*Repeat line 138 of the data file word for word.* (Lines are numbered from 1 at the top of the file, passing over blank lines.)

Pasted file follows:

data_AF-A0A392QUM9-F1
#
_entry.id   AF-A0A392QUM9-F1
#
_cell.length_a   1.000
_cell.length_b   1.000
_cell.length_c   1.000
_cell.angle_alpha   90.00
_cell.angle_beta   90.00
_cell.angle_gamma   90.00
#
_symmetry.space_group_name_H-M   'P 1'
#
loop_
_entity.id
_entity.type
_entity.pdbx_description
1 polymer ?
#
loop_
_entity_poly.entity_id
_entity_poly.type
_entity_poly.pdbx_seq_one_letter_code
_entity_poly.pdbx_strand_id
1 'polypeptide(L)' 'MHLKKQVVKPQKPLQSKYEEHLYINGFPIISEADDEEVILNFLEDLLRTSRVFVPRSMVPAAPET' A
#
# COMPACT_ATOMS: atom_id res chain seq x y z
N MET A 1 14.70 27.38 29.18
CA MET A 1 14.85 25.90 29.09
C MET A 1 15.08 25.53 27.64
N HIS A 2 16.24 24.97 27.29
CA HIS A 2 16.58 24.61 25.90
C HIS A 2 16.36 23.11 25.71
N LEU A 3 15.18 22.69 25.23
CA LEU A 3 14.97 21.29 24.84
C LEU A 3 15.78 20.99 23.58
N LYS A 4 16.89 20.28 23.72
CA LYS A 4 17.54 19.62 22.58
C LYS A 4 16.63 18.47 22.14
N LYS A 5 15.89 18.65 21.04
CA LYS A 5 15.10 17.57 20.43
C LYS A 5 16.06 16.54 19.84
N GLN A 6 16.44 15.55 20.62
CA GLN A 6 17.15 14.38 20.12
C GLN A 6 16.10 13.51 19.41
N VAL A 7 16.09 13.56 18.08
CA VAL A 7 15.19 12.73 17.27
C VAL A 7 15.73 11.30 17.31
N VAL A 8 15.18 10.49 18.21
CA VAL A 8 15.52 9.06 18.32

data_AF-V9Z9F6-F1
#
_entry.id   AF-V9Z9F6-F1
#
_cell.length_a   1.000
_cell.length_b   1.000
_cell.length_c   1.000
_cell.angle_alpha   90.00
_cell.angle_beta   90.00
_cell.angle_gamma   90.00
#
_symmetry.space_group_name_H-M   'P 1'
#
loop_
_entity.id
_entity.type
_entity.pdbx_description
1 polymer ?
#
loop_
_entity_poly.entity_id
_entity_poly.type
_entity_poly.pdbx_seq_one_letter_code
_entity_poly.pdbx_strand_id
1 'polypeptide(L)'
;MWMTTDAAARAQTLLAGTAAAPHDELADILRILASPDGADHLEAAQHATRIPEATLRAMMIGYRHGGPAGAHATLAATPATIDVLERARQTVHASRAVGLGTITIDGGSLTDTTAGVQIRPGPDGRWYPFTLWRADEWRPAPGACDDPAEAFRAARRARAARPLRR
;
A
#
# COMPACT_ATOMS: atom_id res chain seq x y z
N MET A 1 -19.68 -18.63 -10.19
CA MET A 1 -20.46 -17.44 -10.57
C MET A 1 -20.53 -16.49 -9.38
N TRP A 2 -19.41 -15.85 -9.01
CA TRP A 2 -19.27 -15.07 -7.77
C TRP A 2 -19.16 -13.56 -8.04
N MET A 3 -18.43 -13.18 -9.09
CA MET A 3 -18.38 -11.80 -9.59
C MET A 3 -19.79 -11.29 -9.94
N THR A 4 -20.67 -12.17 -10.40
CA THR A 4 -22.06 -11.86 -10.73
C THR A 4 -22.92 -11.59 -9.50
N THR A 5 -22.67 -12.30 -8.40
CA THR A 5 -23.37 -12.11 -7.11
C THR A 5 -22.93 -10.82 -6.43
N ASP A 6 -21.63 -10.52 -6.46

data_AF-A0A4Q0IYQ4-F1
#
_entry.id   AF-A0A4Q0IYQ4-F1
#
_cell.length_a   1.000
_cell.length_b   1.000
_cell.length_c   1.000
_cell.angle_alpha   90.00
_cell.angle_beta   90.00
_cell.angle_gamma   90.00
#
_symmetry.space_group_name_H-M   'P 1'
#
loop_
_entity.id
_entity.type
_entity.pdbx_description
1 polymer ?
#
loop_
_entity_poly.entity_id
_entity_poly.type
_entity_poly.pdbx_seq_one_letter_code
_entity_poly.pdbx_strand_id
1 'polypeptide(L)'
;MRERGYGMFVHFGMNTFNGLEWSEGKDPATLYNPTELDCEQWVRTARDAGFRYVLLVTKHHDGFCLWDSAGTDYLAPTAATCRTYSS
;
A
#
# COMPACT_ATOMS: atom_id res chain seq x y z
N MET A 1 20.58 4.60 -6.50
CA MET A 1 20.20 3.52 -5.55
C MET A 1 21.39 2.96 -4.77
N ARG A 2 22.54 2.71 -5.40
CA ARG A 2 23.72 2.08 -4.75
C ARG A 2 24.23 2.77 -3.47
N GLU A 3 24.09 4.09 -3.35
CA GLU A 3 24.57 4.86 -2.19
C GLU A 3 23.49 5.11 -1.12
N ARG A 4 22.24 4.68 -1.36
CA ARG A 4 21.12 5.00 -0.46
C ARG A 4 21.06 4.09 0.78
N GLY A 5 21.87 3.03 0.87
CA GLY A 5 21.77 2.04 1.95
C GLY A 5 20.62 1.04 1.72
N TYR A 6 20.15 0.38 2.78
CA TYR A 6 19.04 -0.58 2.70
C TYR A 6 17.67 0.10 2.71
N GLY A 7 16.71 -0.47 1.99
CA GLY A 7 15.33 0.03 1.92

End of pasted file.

C ARG A 4 21.06 4.09 0.78